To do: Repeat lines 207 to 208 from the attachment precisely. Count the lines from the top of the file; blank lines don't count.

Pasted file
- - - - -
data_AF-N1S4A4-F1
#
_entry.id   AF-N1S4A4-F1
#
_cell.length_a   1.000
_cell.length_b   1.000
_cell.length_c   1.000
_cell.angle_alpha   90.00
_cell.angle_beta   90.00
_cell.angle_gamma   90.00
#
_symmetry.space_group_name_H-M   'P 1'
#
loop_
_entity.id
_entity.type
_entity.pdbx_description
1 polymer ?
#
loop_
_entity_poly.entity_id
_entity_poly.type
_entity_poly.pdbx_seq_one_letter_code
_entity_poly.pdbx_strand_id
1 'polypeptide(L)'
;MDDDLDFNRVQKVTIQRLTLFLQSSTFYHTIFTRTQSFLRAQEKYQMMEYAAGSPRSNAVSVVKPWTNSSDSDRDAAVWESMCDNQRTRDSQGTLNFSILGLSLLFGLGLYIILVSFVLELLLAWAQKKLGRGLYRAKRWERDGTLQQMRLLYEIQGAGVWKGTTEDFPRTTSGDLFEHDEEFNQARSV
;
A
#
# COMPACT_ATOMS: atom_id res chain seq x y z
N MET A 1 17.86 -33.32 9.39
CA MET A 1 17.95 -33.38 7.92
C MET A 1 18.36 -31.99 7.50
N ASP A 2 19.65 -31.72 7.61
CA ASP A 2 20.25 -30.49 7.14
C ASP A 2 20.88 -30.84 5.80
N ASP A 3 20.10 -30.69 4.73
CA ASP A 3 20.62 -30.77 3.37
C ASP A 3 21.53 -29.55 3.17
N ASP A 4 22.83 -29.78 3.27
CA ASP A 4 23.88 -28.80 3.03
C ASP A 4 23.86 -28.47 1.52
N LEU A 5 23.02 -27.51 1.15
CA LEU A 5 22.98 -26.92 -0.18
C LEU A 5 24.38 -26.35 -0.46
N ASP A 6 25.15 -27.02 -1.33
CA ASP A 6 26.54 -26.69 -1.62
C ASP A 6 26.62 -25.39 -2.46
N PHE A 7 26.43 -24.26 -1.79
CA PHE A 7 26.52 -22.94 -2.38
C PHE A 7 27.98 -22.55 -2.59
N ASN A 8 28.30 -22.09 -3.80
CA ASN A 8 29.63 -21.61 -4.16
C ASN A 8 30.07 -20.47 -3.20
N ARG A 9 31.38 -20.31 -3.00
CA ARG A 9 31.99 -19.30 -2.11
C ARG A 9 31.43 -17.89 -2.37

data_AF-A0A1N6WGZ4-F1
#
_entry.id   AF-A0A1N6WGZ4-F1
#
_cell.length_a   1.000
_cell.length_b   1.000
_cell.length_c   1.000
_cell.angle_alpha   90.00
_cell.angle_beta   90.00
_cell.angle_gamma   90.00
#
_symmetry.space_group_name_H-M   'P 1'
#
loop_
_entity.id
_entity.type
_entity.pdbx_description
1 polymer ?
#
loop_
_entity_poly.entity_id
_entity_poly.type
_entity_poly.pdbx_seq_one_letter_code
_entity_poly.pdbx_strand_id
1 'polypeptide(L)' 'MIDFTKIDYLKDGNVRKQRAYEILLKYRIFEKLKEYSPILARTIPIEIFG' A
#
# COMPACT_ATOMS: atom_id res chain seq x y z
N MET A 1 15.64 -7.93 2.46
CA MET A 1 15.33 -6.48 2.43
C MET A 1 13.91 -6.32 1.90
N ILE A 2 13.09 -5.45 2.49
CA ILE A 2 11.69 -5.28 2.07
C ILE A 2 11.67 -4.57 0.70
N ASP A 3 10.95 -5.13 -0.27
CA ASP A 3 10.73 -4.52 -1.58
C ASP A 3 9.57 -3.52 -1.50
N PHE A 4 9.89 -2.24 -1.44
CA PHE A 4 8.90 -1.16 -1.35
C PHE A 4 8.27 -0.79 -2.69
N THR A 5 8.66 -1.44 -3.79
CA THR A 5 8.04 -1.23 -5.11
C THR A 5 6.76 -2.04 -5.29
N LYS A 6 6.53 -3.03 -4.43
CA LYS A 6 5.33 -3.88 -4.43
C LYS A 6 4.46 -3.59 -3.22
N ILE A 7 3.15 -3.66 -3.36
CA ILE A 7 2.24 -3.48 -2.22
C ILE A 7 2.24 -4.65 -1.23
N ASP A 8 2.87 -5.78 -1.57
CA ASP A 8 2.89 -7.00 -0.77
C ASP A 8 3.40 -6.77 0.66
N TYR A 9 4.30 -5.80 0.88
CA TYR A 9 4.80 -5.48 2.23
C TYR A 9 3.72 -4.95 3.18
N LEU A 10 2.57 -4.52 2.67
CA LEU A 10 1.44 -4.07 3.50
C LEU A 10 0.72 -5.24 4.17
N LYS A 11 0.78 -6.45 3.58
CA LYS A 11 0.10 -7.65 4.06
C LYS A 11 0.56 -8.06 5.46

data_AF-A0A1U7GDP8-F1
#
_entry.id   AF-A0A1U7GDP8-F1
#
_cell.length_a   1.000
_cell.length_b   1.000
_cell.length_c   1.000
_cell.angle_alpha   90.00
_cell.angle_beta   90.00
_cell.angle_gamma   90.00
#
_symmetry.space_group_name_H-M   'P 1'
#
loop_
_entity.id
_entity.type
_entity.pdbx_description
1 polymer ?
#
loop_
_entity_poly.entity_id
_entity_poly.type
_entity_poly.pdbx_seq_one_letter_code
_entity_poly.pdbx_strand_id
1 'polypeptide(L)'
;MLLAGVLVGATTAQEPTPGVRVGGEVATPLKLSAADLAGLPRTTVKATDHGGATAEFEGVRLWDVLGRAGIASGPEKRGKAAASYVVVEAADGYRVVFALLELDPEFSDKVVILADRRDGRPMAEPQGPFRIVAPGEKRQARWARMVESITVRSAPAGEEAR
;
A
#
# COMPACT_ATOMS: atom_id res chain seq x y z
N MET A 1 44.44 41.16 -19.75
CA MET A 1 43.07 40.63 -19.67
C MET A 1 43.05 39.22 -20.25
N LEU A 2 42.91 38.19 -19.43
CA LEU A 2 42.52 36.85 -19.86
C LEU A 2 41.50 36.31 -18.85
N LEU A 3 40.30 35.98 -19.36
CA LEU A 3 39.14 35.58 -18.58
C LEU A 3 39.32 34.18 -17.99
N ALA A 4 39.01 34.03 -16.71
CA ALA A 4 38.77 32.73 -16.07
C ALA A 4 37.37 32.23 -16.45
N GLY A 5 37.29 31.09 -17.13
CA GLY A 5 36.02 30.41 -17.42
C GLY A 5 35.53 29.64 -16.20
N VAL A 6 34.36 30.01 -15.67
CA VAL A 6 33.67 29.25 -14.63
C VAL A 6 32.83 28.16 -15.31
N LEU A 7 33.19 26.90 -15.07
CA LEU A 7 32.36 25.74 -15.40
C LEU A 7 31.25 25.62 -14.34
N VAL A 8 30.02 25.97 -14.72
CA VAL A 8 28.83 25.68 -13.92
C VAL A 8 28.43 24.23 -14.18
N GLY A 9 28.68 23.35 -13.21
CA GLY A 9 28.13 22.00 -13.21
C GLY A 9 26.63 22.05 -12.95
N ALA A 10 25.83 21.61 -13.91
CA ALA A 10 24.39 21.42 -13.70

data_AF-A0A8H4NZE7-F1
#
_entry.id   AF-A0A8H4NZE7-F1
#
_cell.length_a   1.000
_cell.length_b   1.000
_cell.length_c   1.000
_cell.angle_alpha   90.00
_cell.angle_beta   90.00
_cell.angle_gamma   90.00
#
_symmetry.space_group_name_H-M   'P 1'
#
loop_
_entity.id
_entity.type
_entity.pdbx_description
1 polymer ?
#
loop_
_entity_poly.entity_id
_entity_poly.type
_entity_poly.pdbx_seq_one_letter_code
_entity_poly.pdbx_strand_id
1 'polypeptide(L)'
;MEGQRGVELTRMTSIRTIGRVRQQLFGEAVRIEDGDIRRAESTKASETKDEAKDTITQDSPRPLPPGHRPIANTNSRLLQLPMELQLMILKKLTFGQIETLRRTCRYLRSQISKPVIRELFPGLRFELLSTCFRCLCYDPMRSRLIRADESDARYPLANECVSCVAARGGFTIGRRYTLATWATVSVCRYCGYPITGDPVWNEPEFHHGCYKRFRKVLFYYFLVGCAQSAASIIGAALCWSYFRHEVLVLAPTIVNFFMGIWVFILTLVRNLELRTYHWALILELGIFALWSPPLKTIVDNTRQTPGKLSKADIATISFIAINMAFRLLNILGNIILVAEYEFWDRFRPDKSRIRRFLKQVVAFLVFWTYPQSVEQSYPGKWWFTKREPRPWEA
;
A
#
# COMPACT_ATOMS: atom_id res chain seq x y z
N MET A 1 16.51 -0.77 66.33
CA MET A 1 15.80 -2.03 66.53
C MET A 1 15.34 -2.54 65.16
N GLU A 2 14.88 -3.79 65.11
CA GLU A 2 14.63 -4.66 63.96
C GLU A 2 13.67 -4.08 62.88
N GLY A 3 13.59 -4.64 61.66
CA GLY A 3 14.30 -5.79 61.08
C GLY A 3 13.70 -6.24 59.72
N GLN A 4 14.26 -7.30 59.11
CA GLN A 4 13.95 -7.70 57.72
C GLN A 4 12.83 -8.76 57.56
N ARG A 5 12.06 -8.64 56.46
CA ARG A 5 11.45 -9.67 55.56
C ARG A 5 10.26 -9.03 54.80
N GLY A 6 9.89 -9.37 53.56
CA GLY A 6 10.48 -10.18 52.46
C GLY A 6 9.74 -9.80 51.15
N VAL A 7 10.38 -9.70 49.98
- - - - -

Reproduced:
N MET A 1 16.51 -0.77 66.33
CA MET A 1 15.80 -2.03 66.53